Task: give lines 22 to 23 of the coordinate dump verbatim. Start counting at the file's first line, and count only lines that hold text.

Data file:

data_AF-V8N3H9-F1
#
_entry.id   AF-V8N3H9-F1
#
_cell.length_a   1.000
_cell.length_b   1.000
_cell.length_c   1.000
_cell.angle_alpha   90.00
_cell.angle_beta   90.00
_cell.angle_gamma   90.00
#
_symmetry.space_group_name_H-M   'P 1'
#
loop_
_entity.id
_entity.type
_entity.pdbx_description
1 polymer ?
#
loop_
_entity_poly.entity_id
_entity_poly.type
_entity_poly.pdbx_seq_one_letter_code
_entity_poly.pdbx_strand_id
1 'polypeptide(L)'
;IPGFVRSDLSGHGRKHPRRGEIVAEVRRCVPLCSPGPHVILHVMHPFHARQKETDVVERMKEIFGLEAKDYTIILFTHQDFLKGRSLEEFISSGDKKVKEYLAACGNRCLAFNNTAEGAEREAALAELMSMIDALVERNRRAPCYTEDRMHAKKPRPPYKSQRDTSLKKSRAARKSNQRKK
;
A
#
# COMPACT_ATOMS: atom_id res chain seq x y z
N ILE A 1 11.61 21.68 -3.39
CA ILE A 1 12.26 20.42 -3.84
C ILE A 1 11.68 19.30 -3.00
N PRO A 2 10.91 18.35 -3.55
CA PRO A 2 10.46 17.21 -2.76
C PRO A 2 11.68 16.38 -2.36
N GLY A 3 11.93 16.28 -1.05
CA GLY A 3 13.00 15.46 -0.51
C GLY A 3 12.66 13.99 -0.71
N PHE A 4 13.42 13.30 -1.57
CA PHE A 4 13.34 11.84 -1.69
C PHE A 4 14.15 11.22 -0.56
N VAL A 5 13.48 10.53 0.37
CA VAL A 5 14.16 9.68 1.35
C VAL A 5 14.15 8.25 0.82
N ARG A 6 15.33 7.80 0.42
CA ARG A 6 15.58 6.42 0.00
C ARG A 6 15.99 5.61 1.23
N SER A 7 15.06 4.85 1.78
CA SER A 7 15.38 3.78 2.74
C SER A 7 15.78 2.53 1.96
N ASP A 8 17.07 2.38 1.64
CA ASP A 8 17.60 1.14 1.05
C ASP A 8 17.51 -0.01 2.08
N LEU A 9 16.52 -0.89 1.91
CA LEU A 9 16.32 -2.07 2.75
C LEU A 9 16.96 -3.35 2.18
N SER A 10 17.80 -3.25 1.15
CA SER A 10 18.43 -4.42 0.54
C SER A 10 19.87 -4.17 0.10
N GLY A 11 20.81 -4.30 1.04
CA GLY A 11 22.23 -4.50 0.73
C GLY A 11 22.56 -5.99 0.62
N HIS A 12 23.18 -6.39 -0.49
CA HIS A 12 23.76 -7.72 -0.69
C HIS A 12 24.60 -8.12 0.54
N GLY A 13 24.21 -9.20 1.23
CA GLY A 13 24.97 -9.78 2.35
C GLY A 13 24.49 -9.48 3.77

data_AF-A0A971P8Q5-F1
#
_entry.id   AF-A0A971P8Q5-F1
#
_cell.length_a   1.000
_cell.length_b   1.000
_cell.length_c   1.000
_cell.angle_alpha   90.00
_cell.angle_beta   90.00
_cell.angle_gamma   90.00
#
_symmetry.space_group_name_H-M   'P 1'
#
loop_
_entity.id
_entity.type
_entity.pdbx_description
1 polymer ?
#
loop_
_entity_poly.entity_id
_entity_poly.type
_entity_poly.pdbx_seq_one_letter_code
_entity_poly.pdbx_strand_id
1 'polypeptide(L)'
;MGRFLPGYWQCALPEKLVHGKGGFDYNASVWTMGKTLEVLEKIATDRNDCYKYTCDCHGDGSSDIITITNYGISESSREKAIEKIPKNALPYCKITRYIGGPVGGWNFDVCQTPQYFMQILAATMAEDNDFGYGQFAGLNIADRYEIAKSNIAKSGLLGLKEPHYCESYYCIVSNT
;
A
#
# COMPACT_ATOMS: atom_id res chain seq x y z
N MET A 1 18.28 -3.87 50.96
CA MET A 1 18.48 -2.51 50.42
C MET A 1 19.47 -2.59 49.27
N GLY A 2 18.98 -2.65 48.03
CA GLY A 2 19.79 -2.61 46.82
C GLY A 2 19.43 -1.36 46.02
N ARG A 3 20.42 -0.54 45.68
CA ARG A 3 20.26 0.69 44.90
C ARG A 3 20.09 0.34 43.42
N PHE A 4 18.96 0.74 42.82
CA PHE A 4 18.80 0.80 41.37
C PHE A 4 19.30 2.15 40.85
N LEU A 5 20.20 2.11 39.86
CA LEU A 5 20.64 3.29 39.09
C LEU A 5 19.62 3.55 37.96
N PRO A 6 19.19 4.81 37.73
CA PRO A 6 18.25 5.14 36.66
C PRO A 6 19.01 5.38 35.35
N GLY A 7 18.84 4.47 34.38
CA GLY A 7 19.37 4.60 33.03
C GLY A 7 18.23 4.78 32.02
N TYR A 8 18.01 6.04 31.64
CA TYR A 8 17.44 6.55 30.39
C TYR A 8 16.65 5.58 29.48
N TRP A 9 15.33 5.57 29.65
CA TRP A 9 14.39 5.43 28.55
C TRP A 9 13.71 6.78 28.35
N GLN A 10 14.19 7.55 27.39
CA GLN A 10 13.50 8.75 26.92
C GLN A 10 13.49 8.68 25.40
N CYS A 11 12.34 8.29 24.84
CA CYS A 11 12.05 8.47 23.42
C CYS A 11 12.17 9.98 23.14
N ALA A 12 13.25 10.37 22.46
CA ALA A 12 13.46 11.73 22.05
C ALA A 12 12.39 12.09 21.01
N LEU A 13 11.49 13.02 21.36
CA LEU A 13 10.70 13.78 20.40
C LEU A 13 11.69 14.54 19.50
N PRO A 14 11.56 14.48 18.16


_entity_poly.type
_entity_poly.pdbx_seq_one_letter_code